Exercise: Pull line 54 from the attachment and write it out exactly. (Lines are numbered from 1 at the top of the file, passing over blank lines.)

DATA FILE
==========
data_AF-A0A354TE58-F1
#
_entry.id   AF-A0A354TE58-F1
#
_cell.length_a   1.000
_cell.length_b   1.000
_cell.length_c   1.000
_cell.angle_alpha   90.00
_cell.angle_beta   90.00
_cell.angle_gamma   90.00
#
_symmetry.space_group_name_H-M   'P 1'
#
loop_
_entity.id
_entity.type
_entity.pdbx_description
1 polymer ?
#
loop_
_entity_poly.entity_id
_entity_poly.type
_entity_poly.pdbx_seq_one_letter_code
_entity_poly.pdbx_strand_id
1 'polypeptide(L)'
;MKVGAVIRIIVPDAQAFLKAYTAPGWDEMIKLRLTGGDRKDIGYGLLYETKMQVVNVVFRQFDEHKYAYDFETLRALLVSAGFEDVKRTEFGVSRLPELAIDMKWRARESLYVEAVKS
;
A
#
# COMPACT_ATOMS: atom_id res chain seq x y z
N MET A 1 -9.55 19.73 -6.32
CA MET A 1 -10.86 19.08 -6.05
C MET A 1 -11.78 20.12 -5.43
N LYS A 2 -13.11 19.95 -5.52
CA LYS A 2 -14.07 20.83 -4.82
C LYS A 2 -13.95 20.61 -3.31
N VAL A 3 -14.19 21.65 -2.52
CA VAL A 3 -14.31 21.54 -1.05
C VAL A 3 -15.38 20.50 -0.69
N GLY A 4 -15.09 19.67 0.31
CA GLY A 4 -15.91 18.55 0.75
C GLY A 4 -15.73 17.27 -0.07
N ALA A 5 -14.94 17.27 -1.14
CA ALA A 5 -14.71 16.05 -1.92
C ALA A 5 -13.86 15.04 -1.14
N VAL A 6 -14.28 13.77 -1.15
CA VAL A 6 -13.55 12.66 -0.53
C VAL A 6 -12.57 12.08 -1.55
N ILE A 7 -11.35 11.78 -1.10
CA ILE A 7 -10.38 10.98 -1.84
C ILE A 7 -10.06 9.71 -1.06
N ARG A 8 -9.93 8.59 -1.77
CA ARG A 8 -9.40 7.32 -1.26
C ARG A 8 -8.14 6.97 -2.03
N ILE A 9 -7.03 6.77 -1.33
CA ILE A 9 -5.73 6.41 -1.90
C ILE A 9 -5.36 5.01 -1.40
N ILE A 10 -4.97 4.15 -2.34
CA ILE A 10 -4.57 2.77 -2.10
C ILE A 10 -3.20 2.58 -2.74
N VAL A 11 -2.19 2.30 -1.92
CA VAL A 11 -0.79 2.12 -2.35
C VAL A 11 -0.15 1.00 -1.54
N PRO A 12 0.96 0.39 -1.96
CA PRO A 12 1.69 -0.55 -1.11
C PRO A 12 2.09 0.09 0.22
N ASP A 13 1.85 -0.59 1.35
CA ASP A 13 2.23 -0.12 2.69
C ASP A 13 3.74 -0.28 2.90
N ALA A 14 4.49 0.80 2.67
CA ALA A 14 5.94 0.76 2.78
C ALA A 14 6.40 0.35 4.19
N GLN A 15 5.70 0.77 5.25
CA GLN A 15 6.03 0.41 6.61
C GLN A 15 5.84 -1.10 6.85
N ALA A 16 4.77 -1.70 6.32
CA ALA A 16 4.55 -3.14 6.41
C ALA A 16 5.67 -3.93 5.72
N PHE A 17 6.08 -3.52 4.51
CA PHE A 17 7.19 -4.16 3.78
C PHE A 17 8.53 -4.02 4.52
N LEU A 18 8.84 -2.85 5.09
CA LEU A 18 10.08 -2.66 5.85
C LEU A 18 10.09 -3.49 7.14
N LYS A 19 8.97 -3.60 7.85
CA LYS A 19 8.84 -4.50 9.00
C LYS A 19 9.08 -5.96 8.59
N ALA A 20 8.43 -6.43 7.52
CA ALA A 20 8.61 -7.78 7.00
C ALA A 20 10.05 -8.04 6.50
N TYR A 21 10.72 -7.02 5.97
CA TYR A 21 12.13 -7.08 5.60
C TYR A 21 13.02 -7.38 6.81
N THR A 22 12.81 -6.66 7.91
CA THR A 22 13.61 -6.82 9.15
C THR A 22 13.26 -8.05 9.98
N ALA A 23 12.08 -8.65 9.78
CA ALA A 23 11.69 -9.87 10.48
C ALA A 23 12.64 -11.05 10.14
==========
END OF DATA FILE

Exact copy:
C ARG A 8 -8.14 6.97 -2.03